AN INQUEST has heard that ‘systematic overcrowding’ has compromised one-to-one care at Letterkenny University Hospital.

Letterkenny Coroner’s Court heard that Ross Stevenson of Bught Road, Aughnish, Ramelton, died on his 59th birthday, on January 30, 2019 while in intensive care at the hospital.

Mr Stevenson was admitted to Letterkenny University Hospital on January 28, 2019. He was found on the roadside on the Augnish Road by a woman and her daughter.

A CT scan found that Mr Stevenson, who had liver disease, had an old clot and a new bleed, which was ‘very extensive’. The second bleed, coroner Dr Denis McCauley said, took hold and Mr Stevenson became unconscious.

While not directly causative to Mr Stevenson’s death, grave concerns arose over the level of care which he received following his admission to the hospital.

On the night in question, the Emergency Department at the hospital was overloaded by over 500 per cent. The Emergency Department has 13 trollies, but had 83 patients presenting that night.

In a report, Emergency Department consultant Dr Gerry Lane said that the numbers on the night of Mr Stevenson’s admission were ‘a record’.

“The Emergency Department was absolutely overrun with patients,” the summary said.

“The solution of increasing flows lies solely outside of the Emergency Department. I wish it would have been otherwise. It is difficult to be proud when one-to-one care is compromised by systematic overcrowding.”

Coroner Dr Denis McCauley said that there was ‘no coming back’ in Mr Stevenson’s case, but he noted that the situation was ‘unsafe’ had it been a case where the bleed could have been reversible.

“Their defence is a defensive, but it is not a defence,” Dr McCauley said.

“An abnormally busy casualty is not an excuse.”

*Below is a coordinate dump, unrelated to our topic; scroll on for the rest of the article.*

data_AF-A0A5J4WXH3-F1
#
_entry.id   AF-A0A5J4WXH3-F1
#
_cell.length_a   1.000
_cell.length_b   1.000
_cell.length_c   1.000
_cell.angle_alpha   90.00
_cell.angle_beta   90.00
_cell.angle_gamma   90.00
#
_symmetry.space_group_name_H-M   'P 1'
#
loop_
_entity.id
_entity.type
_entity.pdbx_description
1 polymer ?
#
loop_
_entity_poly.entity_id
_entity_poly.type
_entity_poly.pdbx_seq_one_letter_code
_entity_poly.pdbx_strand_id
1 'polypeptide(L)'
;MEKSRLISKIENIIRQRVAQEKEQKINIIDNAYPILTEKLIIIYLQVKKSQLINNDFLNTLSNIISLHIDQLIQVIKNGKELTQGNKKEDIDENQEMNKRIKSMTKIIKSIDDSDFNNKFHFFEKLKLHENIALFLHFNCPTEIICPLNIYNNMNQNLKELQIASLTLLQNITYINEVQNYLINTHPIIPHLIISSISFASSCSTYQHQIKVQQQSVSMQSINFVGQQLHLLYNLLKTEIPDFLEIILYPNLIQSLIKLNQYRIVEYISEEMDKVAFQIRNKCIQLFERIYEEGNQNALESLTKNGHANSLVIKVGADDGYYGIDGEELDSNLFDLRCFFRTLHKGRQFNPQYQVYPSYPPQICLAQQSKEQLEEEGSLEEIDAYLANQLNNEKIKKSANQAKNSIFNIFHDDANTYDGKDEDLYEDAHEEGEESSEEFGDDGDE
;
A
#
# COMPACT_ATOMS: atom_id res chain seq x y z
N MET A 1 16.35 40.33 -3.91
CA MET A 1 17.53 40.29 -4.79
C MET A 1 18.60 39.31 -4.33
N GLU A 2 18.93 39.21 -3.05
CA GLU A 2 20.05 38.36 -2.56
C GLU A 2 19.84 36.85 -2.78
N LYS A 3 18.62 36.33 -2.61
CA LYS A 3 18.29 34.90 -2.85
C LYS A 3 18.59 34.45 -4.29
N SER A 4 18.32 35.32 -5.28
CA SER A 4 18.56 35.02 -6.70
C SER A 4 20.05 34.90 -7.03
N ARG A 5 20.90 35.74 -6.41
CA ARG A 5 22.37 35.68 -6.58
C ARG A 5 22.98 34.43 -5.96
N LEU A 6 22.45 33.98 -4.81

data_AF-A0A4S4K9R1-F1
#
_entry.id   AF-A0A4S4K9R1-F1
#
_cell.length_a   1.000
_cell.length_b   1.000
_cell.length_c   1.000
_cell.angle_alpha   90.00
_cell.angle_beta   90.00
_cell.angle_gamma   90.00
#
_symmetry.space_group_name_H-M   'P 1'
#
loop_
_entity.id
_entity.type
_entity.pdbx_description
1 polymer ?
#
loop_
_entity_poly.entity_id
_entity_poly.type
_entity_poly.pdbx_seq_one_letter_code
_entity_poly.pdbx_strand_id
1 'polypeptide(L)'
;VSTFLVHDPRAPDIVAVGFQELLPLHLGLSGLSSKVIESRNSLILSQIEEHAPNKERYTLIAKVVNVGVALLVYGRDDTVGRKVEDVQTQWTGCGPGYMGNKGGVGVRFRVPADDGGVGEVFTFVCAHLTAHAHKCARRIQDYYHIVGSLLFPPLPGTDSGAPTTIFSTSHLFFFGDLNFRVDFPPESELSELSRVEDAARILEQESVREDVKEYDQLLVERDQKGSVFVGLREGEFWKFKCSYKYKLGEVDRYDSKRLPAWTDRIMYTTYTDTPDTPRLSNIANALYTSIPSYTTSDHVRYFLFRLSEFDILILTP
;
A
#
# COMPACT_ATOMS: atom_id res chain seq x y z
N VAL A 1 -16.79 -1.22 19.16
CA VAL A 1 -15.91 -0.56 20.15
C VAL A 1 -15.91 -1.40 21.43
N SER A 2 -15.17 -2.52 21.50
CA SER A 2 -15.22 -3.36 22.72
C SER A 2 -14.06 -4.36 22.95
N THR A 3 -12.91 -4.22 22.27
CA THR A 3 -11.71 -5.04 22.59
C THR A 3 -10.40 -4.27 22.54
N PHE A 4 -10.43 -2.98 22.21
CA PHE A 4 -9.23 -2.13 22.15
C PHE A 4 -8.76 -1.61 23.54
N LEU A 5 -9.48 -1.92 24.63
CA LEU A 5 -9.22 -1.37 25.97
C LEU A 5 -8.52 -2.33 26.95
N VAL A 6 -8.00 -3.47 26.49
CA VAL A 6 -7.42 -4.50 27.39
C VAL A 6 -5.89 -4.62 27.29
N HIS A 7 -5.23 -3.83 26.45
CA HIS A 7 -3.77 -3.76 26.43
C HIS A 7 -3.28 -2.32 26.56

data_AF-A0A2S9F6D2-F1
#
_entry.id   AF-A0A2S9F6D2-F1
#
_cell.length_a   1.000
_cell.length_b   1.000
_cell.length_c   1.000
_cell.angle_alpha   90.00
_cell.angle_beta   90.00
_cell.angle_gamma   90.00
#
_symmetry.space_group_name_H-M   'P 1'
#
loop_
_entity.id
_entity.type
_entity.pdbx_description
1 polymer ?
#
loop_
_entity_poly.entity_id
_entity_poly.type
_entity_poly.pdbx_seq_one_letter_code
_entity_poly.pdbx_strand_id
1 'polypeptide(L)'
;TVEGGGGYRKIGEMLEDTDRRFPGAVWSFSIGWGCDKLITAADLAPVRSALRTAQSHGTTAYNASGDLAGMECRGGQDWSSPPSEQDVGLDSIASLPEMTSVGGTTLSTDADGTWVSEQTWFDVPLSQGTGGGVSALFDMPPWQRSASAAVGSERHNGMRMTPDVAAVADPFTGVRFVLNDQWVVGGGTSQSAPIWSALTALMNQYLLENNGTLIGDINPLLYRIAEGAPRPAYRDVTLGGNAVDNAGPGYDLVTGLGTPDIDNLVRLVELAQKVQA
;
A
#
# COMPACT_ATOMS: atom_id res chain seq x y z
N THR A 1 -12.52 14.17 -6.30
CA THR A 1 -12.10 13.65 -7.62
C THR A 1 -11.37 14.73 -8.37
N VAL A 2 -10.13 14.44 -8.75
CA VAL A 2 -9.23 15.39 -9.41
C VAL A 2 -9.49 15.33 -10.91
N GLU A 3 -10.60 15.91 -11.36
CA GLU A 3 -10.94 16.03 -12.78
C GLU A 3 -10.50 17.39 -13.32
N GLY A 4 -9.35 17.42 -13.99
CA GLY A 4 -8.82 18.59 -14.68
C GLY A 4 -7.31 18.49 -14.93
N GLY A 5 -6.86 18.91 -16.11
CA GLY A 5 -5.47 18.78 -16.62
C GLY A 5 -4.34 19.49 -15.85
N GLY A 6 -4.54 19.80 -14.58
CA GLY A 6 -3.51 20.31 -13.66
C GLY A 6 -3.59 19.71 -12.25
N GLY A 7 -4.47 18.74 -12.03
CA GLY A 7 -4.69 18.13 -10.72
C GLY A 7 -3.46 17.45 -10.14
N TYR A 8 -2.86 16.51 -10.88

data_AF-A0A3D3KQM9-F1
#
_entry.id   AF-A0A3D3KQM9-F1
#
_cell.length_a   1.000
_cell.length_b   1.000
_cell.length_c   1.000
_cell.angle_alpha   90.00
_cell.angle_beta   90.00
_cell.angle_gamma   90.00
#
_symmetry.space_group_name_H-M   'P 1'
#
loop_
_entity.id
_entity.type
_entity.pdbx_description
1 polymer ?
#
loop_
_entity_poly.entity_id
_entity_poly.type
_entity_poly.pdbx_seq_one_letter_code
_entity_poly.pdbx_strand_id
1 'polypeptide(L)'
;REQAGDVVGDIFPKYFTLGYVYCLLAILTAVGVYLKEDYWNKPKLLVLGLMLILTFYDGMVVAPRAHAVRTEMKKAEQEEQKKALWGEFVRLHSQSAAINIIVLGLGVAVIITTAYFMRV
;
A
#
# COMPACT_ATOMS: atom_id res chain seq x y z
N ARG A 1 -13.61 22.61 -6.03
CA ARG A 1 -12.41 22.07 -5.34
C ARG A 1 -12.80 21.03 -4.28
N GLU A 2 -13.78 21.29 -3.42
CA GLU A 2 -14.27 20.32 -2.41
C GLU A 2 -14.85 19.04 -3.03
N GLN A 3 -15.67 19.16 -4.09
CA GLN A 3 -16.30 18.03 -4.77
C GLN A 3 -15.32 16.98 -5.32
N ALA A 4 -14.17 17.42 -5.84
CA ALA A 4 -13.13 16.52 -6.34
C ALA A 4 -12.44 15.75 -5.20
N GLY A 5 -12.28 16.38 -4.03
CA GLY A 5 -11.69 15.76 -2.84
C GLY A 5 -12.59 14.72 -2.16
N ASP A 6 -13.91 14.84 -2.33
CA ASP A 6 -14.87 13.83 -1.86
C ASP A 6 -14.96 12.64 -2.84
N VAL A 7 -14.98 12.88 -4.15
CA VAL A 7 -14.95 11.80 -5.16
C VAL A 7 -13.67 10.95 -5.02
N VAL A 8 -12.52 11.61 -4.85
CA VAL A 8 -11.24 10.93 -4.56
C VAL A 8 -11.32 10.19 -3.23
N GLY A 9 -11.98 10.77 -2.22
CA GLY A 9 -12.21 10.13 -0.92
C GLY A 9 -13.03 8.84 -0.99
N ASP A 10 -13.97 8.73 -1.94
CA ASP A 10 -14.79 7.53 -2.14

Dr McCauley noted that, at a previous inquest, hospital management said they were in the ‘black level’ for long periods.

Mr Stevenson’s family said they had since had a two-hour meeting with Mr Lane. They outlined concerns regarding inconsistencies with some paper work. Dr Lane apologised to the family for the experience they had suffered.

At Letterkenny Coroner’s Court, Ms Kathleen Stevenson said: “When I asked for help, they were just all looking at me. Ross was sliding off the chair and some of the doctors were just there looking at him with their arms folded.”

One of Mr Stevenson’s daughters said: “Basic nursing care wasn’t there. No-one was ever held responsible.”

A deposition from specialist registrar Jonathan Coulter was read out at Letterkenny Coroner’s Court.

Mr Coulter said that Mr Stevenson was brought by ambulance after being found on the side of the road following an unwitnessed fall on January 28.

Mr Stevenson was under the influence of intoxicant at the time of examination. He was jaundiced and was believed to have suffered a mild trauma, but there was no active oral bleeding. He was referred to the surgeon on call at 23.20 before suffering what was described by Mr Coulter as a ‘sudden deteriorate’. Mr Stevenson’s Glasgow Coma Scale was said to have been ‘very unresponsive’ and an urgent CT scan was requested.

The Emergency Department at University Hospital.